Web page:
20. Wastewater: water that contains waste from homes and industry Wastewater Treatment Plants filter and treat wastewater to make the water clean enough to return to river or lake Wastewater

    21. Wastewater • Most of the wastewater from homes contains biodegradable material that can broken down by living organisms( animal and plant waste, paper, and soap) • Some household and industrial wastewater and some storm-water runoff contains toxic substances that cannot be removed by standard treatment

    22. Sludge • Sludge: The solid material that remains after treatment. • When sludge contains dangerous concentrations of toxic chemicals, it must be disposed of as hazardous waste • Non-hazardous sludge can be used as fertilizer.

    23. Eutrophication • Eutrophication: when lakes and slow moving streams contain an abundance of nutrients. When organic matter (leaves and animal waste) builds up in a body of water it will begin to decay and decompose. This process of decomposition uses up oxygen. As oxygen is used up, the types of organisms that live in the water change over time

    24. Eutrophication • Plants take root in fertile sediment at the bottom of water. As more plants grow the waters begin to fill in forming a swamp or marsh

    25. Artificial Eutrophication • Eutrophication caused by humans is known as Artificial Eutrophication • Inorganic plant nutrients such as phosphates and nitrogen enter the water from sewage and fertilizer runoff. • Phosphates from laundry detergents can also cause eutrophication

    26. Artificial Eutrophication • Phosphates can cause the growth of large algal blooms,large floating mats of algae. As the algae dies and decompose, most of the dissolved oxygen is used and fish and other organisms suffocate in the oxygen depleted water. ( fish kills)

    27. Thermal Pollution • When the temperature of a body of water increases thermal pollution can result. • As water temperature increases, oxygen levels decrease and can cause massive fish kills • Thermal pollution can occur when power plants and other industries use water in their cooling systems and then discharge the warm water into a lake or stream

    28. Groundwater Pollution • Pollutants usually enter groundwater when polluted water percolates down from the Earth’s surface • Pesticides, herbicides, chemical fertilizers, and petroleum products, as well as leaking underground tanks, are common groundwater pollutants • Other sources include: septic tanks, unlined landfills, and industrial waste lagoons

    29. ppm –(parts per million) • Parts per million water contamination is usually measured in parts per million (ppm) • If the concentration of a pollutant is 5 ppm, there are 5 parts of the pollutant in 1 million parts of water. • If the concentration of gasoline is 3 ppm in 650,000 L of water, how many liters of gasoline are in the water?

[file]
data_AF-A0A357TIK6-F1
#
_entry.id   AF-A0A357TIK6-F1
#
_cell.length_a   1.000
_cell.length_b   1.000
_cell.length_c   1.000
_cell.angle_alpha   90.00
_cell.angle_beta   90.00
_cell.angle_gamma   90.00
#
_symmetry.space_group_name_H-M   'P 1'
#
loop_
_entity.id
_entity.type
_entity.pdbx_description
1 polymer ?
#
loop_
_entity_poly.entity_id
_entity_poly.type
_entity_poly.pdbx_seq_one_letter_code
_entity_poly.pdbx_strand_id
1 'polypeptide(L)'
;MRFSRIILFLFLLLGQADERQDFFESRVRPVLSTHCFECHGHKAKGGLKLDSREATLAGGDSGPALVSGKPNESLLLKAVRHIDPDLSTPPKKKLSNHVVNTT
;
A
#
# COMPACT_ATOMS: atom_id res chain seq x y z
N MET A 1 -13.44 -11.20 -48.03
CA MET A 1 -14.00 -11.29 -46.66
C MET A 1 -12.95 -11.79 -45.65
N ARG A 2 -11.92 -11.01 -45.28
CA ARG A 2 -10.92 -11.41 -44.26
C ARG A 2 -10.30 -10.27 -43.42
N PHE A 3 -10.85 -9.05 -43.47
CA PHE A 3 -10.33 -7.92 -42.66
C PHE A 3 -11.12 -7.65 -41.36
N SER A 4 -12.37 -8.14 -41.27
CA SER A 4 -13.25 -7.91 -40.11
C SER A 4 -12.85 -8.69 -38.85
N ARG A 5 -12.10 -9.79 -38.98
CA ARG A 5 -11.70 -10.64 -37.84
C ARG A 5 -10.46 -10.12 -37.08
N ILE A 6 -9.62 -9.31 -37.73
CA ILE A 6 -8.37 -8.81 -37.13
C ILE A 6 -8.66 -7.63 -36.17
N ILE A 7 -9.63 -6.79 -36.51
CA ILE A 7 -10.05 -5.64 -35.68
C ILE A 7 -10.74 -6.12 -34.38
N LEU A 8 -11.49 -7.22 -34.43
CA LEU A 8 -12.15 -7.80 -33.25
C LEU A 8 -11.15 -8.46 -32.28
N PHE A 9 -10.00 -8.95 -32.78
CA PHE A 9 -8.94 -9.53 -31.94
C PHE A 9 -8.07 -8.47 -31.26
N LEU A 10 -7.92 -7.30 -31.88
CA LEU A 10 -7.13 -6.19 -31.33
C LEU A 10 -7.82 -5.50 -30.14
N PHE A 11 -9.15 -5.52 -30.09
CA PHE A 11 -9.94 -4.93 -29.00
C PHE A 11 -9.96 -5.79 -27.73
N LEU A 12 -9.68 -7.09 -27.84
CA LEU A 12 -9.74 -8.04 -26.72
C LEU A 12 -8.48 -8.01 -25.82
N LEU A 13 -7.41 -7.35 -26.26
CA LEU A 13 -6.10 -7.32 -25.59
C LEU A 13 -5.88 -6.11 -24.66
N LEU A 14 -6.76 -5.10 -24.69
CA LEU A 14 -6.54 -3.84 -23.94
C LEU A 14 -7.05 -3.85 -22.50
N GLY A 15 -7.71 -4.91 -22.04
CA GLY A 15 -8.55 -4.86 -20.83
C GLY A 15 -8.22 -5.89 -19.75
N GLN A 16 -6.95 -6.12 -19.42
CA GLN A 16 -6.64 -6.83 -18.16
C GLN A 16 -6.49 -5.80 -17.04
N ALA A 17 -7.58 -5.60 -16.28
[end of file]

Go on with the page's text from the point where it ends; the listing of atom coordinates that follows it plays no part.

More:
30. ppm solution • (3/1,000,000) x 650,000 L = 1.95 L

    31. Groundwater Clean-up • Groundwater pollution is world’s most challenging environmental problem • Even if groundwater pollution were stopped tomorrow, some ground water would remain for generations to come. • Groundwater recharges are very slow, sometimes taking hundreds to thousands of years

    32. Ocean Pollution • Approximately 85% of ocean pollution, including oil, toxic wastes, and medical wastes, come from activities on land • Most activities that pollute oceans occur near the coasts, where much of the world’s population lives • Sensitive coastal ecosystems (coral reefs, estuaries, and coastal marshes) are most effected by pollution

    33. Eco-Fact • Cruise Ship Discharges • In one year, ships dump almost 7 billion kg of trash into the oceans, about 75% from cruise ships • According to most international law, cruise ships are allowed to dump non-plastic waste, including untreated sewage into the oceans

    34. Oil Spills • Each year approximately 37 million gallons of oil from tanker accidents is spilled into the oceans • Tanker oil spills only account for about 5% of oil pollution in the oceans • Most of the oil that pollutes the oceans comes from cities and towns

    35. Oil Spills • Every year, as many as 200 million to 300 million gallons of oil enter the ocean from no-point sources on land • That’s almost 10 times the amount of oil spilled by tankers • The road runoff from a coastal city with a population of 5 million in one year could contain as much as a tanker spill

    36. Water Pollution and Ecosystems • Many pollutants accumulate in the environment because they do not decompose quickly • Biomagnification: Each organism along the food chain stores store pollutants in their tissue. So, at each level of the food chain, the level of pollutants increases. • Top of food chain accumulates most toxins

    37. Anti-Pollution Legislation • In 1972 the Clean Water Act was passed in the United States. • The stated purpose of the act was to “restore and maintain the chemical, physical, and biological integrity of the nation’s waters” • Goal: to make all surface water clean enough for swimming and fishing by 1983

    38. Anti-Pollution Legislation • This goal was not achieved. The percentage of lakes and rivers that are fit for swimming and fishing has increased by 30% • Many toxic metals are now removed from wastewater before the water is discharged

    39. Anti-Pollution Legislation • 1972: Clean Water Act: goal of making all surface water safe for swimming and fishing by 1983 – 30% achieved • 1972 (Amended 1988)Marine Protection, Research, and Sanctuaries Act: Empowered the EPA to control the dumping of sewage and toxic chemicals in U.S. waters

    40. Anti-Pollution Legislation • 1975: Safe Drinking Water Act: (Amended 1996): introduced programs to protect groundwater and surface water from pollution, strengthened public “right-to know” laws

    41. Anti-Pollution Legislation • 1980: Comprehensive Environmental Response Compensation and Liability Act ( Superfund act): Makes owners, operators, and customers of hazardous waste sites responsible for the cleanup of the sites

    42. Anti-Pollution Legislation • 1987: Water Quality Act: Supported state and local efforts to clean polluted runoff. Established loan funds for new wastewater treatment plants, and created programs to protect major estuaries

    43. Anti-Pollution Legislation • 1990: Oil Pollution Act: Attempts to protect U.S. waterways from oil pollution by requiring that oil tankers in U.S. waters be double-hulled by 2015.